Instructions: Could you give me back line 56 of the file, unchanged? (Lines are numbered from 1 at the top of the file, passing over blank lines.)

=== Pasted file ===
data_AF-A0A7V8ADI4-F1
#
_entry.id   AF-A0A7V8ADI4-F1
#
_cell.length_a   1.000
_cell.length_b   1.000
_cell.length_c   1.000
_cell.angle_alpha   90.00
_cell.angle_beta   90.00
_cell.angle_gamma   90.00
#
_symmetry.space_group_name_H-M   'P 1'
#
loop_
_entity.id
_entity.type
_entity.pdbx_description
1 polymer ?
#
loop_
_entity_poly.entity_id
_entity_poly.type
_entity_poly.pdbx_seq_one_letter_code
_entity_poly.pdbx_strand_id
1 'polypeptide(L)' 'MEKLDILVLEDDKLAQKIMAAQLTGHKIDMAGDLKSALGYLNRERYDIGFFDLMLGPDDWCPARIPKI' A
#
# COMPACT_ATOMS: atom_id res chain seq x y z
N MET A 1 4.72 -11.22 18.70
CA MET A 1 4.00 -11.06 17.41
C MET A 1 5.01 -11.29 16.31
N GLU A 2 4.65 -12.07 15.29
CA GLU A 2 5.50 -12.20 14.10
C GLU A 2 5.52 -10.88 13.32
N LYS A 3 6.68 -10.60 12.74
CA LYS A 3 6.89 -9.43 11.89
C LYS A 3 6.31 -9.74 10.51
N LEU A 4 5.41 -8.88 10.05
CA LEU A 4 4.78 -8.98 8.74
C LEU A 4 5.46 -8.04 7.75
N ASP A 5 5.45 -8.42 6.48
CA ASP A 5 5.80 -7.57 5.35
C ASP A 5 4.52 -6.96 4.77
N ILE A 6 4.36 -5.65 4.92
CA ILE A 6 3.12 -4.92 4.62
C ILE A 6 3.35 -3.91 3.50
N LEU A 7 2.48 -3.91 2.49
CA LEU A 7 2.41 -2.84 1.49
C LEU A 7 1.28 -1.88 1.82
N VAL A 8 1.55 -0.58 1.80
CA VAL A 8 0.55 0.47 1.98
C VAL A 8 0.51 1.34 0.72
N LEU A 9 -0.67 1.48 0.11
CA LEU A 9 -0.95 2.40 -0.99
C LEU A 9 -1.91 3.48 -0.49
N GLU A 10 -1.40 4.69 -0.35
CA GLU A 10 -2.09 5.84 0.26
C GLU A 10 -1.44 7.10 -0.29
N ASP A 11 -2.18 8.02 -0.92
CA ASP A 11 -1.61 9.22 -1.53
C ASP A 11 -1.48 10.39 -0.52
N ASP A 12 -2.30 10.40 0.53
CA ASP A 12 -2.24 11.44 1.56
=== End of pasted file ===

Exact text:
CA GLU A 10 -2.09 5.84 0.26